U.S. Efforts to Force Iran Out of European Energy Markets Have Failed | WHAT REALLY HAPPENED

U.S. Efforts to Force Iran Out of European Energy Markets Have Failed

Despite the European Union attempts to save the Joint Comprehensive Plan of Action, which saw Iran reduce its low-enriched uranium by 98% and eliminate its stockpile of medium-enriched uranium in return for economic relief, JCPOA is hanging by a thread because of Washington’s withdrawal from the deal in October 2017.

The European Statistical Office revealed that from January to September trade between the EU and Iran was at €3.86 billion, a massive 74.92% drop compared to the same period in 2018. The report revealed that Germany (€1.23 billion), Italy (€734.78 million) and the Netherlands (€376.73 million) were Iran’s top three trading partners in EU while trade with Greece (€32.08 million), Luxembourg (€506,316), Spain (€207.36 million), France (€296.5 million) and Austria (€102.11 million) had plunged by 97.13%, 91.38%, 91.17%, 86.79% and 82.38% respectively.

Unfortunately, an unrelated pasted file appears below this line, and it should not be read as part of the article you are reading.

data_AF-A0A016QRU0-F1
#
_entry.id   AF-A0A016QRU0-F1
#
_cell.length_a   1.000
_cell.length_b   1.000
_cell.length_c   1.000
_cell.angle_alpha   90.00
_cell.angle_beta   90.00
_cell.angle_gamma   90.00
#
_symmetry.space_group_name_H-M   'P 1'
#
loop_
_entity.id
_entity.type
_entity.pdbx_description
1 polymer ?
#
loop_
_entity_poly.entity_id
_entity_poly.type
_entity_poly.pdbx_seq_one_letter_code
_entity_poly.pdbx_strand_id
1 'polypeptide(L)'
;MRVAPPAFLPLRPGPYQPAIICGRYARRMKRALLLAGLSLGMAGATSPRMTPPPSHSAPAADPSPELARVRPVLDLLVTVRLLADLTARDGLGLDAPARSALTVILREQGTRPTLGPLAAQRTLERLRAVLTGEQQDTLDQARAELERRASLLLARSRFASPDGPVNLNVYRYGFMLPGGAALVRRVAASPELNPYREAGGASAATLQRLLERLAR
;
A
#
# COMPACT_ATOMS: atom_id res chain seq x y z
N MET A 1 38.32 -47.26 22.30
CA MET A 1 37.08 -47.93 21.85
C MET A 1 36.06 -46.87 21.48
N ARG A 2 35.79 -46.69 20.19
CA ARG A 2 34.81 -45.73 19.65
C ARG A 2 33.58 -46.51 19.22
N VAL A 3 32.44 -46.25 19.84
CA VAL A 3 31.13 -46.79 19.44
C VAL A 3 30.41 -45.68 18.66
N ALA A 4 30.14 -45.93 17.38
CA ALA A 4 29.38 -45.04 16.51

Although Iran’s trade with Cyprus at €6.25 million and Bulgaria at €64.97 million increased by 85.12% and 29.24% respectively year-on-year— the highest among EU states — it still does not offset the massive decline in trade with Greece, Luxembourg, Spain, France and Austria. The major decline in trade is attributed due to European companies’ unwillingness to risk losing business with the U.S. for the sake of the much smaller Iranian market. Effectively, U.S. President Donald Trump’s economic war with Iran is to diminish Iranian-EU trade so that the U.S. may reap benefits from boosting its own oil and other commodities. However, this is set to change.

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